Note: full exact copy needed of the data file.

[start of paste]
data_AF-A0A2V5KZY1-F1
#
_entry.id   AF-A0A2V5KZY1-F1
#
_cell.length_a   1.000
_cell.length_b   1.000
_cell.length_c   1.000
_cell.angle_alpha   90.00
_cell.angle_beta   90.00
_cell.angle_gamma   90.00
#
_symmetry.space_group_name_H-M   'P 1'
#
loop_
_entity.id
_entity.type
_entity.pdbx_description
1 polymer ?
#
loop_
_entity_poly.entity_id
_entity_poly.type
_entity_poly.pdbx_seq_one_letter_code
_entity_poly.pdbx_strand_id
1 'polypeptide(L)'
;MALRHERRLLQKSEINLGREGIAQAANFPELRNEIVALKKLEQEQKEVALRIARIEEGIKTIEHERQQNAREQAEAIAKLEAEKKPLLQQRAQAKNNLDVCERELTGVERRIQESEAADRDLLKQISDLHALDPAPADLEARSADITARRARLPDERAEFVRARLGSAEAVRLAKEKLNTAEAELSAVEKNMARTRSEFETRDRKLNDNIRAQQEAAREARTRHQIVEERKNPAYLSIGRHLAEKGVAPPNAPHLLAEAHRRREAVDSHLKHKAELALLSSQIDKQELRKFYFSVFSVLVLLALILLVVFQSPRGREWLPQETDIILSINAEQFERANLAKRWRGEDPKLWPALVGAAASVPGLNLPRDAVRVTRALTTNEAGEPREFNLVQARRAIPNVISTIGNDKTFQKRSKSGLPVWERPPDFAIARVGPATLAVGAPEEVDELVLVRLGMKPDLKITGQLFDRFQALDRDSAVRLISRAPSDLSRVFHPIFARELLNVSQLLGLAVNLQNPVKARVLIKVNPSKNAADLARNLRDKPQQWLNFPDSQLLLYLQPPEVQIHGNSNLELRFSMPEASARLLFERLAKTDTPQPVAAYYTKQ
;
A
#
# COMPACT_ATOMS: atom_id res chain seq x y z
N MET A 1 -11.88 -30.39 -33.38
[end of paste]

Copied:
data_AF-A0A2V5KZY1-F1
#
_entry.id   AF-A0A2V5KZY1-F1
#
_cell.length_a   1.000
_cell.length_b   1.000
_cell.length_c   1.000
_cell.angle_alpha   90.00
_cell.angle_beta   90.00
_cell.angle_gamma   90.00
#
_symmetry.space_group_name_H-M   'P 1'
#
loop_
_entity.id
_entity.type
_entity.pdbx_description
1 polymer ?
#
loop_
_entity_poly.entity_id
_entity_poly.type
_entity_poly.pdbx_seq_one_letter_code
_entity_poly.pdbx_strand_id
1 'polypeptide(L)'
;MALRHERRLLQKSEINLGREGIAQAANFPELRNEIVALKKLEQEQKEVALRIARIEEGIKTIEHERQQNAREQAEAIAKLEAEKKPLLQQRAQAKNNLDVCERELTGVERRIQESEAADRDLLKQISDLHALDPAPADLEARSADITARRARLPDERAEFVRARLGSAEAVRLAKEKLNTAEAELSAVEKNMARTRSEFETRDRKLNDNIRAQQEAAREARTRHQIVEERKNPAYLSIGRHLAEKGVAPPNAPHLLAEAHRRREAVDSHLKHKAELALLSSQIDKQELRKFYFSVFSVLVLLALILLVVFQSPRGREWLPQETDIILSINAEQFERANLAKRWRGEDPKLWPALVGAAASVPGLNLPRDAVRVTRALTTNEAGEPREFNLVQARRAIPNVISTIGNDKTFQKRSKSGLPVWERPPDFAIARVGPATLAVGAPEEVDELVLVRLGMKPDLKITGQLFDRFQALDRDSAVRLISRAPSDLSRVFHPIFARELLNVSQLLGLAVNLQNPVKARVLIKVNPSKNAADLARNLRDKPQQWLNFPDSQLLLYLQPPEVQIHGNSNLELRFSMPEASARLLFERLAKTDTPQPVAAYYTKQ
;
A
#
# COMPACT_ATOMS: atom_id res chain seq x y z
N MET A 1 -11.88 -30.39 -33.38